My Review: Though incredibly light on the dialogue, I was surprised by how much I loved this book. My favorite parts were easily anything involving the Seven, though they aren’t dwarves like in the original Disney version of the tale. This would be a great short read for a child just looking to get into Graphic Novels, or even an adult seeking something different from what they’d normally pick. I’m definitely going to be looking into this author’s other works.

Three Words That Describe This Book: Emotional, Fun, Unique

Give This a Try if You Like… Graphic novels, Fairy tale retellings, Quick Reads

Rating: 4/5

Find it at the library!

About FDL Reads

FDL ReadsWelcome to FDL Reads, weekly book reviews from Fondulac District Library.  Librarians (and possibly some other guest reviewers) review all types of books, from children’s picture books, young adult favorites, to the latest adult thriller, and share their thoughts each week at fondulaclibrary.org. If the book is owned by Fondulac District Library (or another local library), you’ll see a direct link to the catalog entry and whether or not it is available.  If it is checked out or at another local library, you will be able to place a hold as long as you have your library card and PIN numbers. As with any book review, these are our opinions…we disagree amongst ourselves about books frequently.  We all have different likes and dislikes, which is what makes the world an interesting place. Please enjoy, and keep on reading!

FDL Reads: The Cuckoo’s Calling

Cover image for The Cuckoo's CallingThe Cuckoo’s Calling by Robert Galbraith aka J.K. Rowling

Reviewed by: Carey Gibbons, Reference Specialist

Genre: Mystery

Suggested Age: Adults

What is the book about?: Robin Ellacott is new to London, having just moved there to be with her fiance Matthew. She’s working for a temp agency that sends her to the office of Cormoran Strike, Private Investigator. Strike never asked for a temp, but keeps her on anyway, which turns out to be good for him as he’s about to take on the case of his career. Mega supermodel Lula Landry has fallen to her death from her third floor balcony. The police have ruled it a suicide, but her brother thinks she’s been murdered and hires Strike to find out who did it. Cormoran and Robin make for an interesting team. What starts as an unwanted pairing on Strike’s part turns into an intellectual partnership as they frantically search for Landry’s killer among a wide ranging and eclectic series of suspects.

My Review: I loved this book so much and I think loved more for the fact that I don’t read mysteries. They just aren’t my thing. But I read this for a book club and enjoyed it so much that I read the next two in the series and can’t wait for the fourth. The mystery itself was engaging. Any of the suspect characters could have murdered Lula Landry and I found myself liking some of them to hope that they weren’t the one who did it. Cormoran and Robin are both well rounded, well written characters and I ended up caring more about them as people than the mystery itself. However, Rowling uses the mystery of the killer to reveal information about her detective and his assistant throughout the book. She really has a very strong gift for character development and making small gestures or actions covey more than you might originally think. I was also completely surprised by the killer in the end. I won’t spoil anything, but knowing who it is makes so much other information in the book take on extra meaning when you think back to information imparted to readers even from the very beginning. In short, this is a well crafted mystery that goes beyond a typical “who done it?” to make readers care about the characters outside of the murder being investigated.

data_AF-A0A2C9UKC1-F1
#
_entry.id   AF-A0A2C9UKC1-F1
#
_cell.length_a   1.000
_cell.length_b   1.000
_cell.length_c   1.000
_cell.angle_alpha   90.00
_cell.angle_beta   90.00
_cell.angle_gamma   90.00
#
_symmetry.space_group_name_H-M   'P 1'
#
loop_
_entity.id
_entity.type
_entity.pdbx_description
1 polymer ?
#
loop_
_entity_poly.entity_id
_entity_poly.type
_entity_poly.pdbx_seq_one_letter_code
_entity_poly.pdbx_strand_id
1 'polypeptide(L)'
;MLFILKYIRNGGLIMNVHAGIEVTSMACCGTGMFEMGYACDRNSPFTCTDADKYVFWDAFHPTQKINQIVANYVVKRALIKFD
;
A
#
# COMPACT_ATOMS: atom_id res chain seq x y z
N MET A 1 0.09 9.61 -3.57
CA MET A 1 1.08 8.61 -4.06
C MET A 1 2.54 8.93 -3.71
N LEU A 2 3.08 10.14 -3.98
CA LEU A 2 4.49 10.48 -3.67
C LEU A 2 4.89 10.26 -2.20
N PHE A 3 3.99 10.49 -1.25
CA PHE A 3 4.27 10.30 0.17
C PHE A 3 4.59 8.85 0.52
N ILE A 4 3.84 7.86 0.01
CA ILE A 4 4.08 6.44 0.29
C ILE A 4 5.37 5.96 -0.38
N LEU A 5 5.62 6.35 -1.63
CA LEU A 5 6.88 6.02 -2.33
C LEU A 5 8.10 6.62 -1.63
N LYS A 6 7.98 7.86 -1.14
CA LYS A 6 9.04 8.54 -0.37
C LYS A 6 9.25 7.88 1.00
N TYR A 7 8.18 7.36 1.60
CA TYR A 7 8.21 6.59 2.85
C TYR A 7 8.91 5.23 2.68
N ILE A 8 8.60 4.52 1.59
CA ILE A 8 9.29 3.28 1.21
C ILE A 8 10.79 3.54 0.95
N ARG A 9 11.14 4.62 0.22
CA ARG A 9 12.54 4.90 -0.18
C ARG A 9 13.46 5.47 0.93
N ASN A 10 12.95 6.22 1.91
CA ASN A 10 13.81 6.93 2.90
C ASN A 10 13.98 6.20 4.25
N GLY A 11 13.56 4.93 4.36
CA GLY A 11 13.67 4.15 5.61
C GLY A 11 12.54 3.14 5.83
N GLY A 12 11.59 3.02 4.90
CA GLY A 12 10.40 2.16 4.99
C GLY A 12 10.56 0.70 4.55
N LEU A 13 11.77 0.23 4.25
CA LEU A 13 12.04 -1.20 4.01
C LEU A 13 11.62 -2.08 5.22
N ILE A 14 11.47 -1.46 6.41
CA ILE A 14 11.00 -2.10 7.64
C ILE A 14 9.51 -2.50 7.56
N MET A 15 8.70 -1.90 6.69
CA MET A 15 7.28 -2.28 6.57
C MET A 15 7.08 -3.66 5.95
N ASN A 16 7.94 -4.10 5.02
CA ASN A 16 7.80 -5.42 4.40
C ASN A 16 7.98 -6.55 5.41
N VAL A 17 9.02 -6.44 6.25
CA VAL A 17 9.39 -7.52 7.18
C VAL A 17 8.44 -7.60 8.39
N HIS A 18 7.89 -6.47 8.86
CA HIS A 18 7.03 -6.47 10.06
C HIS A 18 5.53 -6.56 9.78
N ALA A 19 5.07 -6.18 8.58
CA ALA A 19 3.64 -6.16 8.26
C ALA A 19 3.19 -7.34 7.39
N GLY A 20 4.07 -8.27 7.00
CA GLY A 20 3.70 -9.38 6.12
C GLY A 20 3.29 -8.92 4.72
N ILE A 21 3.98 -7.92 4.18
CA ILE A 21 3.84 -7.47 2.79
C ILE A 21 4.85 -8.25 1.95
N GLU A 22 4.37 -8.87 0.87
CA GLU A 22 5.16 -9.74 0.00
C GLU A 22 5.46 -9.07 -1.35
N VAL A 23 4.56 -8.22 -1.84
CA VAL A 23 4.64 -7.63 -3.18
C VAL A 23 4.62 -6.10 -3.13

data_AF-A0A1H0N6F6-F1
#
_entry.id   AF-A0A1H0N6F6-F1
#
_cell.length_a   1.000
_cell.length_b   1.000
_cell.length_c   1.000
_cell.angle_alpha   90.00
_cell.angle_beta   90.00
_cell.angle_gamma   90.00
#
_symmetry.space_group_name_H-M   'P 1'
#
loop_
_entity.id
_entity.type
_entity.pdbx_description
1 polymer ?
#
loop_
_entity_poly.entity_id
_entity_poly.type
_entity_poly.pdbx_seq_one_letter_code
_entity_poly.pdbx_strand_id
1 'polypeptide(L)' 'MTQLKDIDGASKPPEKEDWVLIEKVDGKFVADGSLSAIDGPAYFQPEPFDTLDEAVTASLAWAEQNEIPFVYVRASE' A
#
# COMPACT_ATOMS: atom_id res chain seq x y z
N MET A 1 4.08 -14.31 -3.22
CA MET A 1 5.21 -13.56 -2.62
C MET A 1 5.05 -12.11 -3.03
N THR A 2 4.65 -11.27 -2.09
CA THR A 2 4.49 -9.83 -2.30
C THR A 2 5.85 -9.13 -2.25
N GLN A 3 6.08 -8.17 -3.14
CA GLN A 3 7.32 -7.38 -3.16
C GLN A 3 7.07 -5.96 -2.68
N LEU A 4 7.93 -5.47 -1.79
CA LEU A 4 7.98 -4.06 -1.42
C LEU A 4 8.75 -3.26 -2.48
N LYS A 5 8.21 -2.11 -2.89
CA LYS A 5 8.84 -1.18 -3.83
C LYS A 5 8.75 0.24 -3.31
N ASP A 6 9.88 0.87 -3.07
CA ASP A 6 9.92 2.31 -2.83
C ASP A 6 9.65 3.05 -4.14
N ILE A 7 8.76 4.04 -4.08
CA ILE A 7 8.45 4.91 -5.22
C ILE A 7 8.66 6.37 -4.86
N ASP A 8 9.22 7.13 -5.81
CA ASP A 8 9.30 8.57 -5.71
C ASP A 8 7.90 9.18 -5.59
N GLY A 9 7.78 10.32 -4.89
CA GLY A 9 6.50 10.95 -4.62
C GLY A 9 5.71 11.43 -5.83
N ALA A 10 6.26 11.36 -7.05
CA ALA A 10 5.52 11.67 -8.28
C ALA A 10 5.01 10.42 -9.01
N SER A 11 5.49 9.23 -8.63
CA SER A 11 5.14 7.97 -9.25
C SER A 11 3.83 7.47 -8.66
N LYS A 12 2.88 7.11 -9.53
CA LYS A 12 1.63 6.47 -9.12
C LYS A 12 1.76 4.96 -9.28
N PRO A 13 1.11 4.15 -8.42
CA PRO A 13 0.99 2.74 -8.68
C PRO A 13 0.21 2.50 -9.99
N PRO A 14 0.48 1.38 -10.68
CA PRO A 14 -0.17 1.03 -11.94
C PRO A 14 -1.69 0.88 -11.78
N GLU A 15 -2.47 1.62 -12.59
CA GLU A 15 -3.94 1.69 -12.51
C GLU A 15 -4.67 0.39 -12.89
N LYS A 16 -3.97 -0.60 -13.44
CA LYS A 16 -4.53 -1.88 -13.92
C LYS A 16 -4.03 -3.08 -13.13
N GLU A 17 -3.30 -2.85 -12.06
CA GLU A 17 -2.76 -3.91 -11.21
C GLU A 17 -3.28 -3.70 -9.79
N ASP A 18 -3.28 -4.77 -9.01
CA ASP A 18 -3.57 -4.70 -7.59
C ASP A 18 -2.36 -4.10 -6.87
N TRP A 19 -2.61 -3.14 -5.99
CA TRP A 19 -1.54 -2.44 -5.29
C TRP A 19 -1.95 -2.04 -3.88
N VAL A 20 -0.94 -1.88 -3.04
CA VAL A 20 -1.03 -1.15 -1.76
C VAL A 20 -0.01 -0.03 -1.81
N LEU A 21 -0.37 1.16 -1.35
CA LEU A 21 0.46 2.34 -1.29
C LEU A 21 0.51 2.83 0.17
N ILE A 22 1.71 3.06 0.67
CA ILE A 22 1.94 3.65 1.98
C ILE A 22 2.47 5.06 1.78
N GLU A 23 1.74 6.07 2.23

Three Words That Describe This Book: Surprising, Comfortable, Addictive

Give This a Try if You Like… Masterpiece Mystery, Sherlock Holmes, Batgirl

Rating: 5/5

Find it at the library!

About FDL Reads

FDL ReadsWelcome to FDL Reads, weekly book reviews from Fondulac District Library.  Librarians (and possibly some other guest reviewers) review all types of books, from children’s picture books, young adult favorites, to the latest adult thriller, and share their thoughts each week at fondulaclibrary.org. If the book is owned by Fondulac District Library (or another local library), you’ll see a direct link to the catalog entry and whether or not it is available.  If it is checked out or at another local library, you will be able to place a hold as long as you have your library card and PIN numbers. As with any book review, these are our opinions…we disagree amongst ourselves about books frequently.  We all have different likes and dislikes, which is what makes the world an interesting place. Please enjoy, and keep on reading!

FDL Reads: Empty Hands

Cover image for Empty Hands, a MemoirEmpty Hands: One Woman’s Journey to Save Children Orphaned by AIDS in South Africa by Sister Abegail Ntleko

Reviewed by: Dawn Dickey, Reference Specialist

Genre: Autobiography

Suggested Age: Teens, Adults